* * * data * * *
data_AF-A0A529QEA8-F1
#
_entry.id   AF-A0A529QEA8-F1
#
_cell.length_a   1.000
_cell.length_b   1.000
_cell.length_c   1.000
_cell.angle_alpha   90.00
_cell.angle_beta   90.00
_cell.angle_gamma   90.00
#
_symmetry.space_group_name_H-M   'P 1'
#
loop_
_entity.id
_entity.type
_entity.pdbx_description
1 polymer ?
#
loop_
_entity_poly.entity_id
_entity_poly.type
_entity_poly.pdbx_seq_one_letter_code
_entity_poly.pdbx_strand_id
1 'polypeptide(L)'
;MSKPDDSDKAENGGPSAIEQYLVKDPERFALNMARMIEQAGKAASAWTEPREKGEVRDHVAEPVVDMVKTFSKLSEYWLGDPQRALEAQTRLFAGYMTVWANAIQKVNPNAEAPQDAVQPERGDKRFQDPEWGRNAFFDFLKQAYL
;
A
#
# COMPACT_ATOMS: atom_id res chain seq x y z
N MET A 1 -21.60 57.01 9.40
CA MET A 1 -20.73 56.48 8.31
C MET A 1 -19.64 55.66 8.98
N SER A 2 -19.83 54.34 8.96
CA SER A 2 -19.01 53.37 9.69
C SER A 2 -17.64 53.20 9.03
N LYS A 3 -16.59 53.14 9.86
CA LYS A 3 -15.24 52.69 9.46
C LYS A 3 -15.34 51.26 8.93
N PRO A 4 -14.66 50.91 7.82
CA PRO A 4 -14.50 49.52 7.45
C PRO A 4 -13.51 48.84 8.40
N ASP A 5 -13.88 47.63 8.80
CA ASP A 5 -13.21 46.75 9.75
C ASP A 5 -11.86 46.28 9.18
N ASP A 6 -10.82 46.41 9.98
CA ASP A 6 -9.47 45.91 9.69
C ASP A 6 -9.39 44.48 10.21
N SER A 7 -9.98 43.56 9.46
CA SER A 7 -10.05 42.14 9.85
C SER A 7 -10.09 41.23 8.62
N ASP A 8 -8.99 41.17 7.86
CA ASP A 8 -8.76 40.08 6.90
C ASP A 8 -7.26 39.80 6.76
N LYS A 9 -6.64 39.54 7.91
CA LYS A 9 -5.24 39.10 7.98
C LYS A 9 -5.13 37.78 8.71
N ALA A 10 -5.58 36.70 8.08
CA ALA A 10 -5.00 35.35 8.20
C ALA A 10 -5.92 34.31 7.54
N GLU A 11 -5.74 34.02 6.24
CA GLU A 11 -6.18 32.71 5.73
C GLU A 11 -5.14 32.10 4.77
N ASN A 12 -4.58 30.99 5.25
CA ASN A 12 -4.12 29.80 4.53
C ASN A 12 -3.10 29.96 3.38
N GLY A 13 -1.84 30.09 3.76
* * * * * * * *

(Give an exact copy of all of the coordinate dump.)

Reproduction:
data_AF-A0A529QEA8-F1
#
_entry.id   AF-A0A529QEA8-F1
#
_cell.length_a   1.000
_cell.length_b   1.000
_cell.length_c   1.000
_cell.angle_alpha   90.00
_cell.angle_beta   90.00
_cell.angle_gamma   90.00
#
_symmetry.space_group_name_H-M   'P 1'
#
loop_
_entity.id
_entity.type
_entity.pdbx_description
1 polymer ?
#
loop_
_entity_poly.entity_id
_entity_poly.type
_entity_poly.pdbx_seq_one_letter_code
_entity_poly.pdbx_strand_id
1 'polypeptide(L)'
;MSKPDDSDKAENGGPSAIEQYLVKDPERFALNMARMIEQAGKAASAWTEPREKGEVRDHVAEPVVDMVKTFSKLSEYWLGDPQRALEAQTRLFAGYMTVWANAIQKVNPNAEAPQDAVQPERGDKRFQDPEWGRNAFFDFLKQAYL
;
A
#
# COMPACT_ATOMS: atom_id res chain seq x y z
N MET A 1 -21.60 57.01 9.40
CA MET A 1 -20.73 56.48 8.31
C MET A 1 -19.64 55.66 8.98
N SER A 2 -19.83 54.34 8.96
CA SER A 2 -19.01 53.37 9.69
C SER A 2 -17.64 53.20 9.03
N LYS A 3 -16.59 53.14 9.86
CA LYS A 3 -15.24 52.69 9.46
C LYS A 3 -15.34 51.26 8.93
N PRO A 4 -14.66 50.91 7.82
CA PRO A 4 -14.50 49.52 7.45
C PRO A 4 -13.51 48.84 8.40
N ASP A 5 -13.88 47.63 8.80
CA ASP A 5 -13.21 46.75 9.75
C ASP A 5 -11.86 46.28 9.18
N ASP A 6 -10.82 46.41 9.98
CA ASP A 6 -9.47 45.91 9.69
C ASP A 6 -9.39 44.48 10.21
N SER A 7 -9.98 43.56 9.46
CA SER A 7 -10.05 42.14 9.85
C SER A 7 -10.09 41.23 8.62
N ASP A 8 -8.99 41.17 7.86
CA ASP A 8 -8.76 40.08 6.90
C ASP A 8 -7.26 39.80 6.76
N LYS A 9 -6.64 39.54 7.91
CA LYS A 9 -5.24 39.10 7.98
C LYS A 9 -5.13 37.78 8.71
N ALA A 10 -5.58 36.70 8.08
CA ALA A 10 -5.00 35.35 8.20
C ALA A 10 -5.92 34.31 7.54
N GLU A 11 -5.74 34.02 6.24
CA GLU A 11 -6.18 32.71 5.73
C GLU A 11 -5.14 32.10 4.77
N ASN A 12 -4.58 30.99 5.25
CA ASN A 12 -4.12 29.80 4.53
C ASN A 12 -3.10 29.96 3.38
N GLY A 13 -1.84 30.09 3.76